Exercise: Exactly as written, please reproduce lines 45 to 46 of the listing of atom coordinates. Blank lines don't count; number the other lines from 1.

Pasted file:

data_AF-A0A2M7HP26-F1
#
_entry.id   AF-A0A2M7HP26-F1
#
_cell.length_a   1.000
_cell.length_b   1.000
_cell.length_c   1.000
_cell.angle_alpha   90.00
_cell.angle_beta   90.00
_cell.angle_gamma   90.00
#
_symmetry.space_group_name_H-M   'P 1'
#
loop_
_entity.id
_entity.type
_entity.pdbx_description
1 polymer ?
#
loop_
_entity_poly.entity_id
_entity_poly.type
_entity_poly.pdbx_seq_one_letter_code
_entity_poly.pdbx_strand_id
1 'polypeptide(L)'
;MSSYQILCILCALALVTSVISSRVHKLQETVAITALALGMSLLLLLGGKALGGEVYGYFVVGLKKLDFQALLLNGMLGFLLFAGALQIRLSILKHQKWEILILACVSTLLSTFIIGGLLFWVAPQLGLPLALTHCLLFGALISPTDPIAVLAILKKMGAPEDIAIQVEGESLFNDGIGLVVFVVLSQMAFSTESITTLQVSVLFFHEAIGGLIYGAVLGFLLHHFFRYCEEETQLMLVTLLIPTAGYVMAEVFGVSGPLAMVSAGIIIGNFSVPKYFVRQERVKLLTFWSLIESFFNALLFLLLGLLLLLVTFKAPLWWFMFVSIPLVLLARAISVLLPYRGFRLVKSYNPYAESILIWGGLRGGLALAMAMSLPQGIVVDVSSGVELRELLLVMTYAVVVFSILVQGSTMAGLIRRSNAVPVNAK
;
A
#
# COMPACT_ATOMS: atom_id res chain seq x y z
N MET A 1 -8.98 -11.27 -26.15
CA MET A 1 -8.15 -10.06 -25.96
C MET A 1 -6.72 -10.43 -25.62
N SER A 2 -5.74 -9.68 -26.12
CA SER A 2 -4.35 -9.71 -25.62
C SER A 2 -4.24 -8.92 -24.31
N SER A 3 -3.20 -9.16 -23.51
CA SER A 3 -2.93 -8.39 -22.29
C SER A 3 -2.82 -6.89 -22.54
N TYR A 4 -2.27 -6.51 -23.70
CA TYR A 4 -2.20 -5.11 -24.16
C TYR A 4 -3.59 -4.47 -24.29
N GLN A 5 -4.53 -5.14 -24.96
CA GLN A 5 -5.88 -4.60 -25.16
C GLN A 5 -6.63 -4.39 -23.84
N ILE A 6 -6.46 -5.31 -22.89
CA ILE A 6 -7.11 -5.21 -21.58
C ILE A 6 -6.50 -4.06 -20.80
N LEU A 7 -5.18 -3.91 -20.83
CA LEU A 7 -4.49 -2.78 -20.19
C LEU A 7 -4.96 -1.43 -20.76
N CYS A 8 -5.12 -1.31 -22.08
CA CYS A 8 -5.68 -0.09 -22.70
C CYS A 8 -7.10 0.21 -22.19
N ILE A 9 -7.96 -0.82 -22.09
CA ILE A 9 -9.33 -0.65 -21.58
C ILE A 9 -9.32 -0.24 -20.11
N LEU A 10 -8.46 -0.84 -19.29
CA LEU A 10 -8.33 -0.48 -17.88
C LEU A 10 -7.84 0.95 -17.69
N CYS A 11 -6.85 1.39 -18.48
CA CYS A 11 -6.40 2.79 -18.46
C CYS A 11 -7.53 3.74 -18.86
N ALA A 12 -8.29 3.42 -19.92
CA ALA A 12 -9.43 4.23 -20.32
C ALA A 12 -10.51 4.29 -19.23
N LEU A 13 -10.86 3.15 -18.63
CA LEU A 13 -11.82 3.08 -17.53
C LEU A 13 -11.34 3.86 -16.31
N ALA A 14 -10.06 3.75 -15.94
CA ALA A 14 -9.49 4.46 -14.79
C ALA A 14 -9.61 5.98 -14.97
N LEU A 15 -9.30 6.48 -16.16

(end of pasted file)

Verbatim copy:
C GLN A 5 -6.63 -4.39 -23.84
N ILE A 6 -6.46 -5.31 -22.89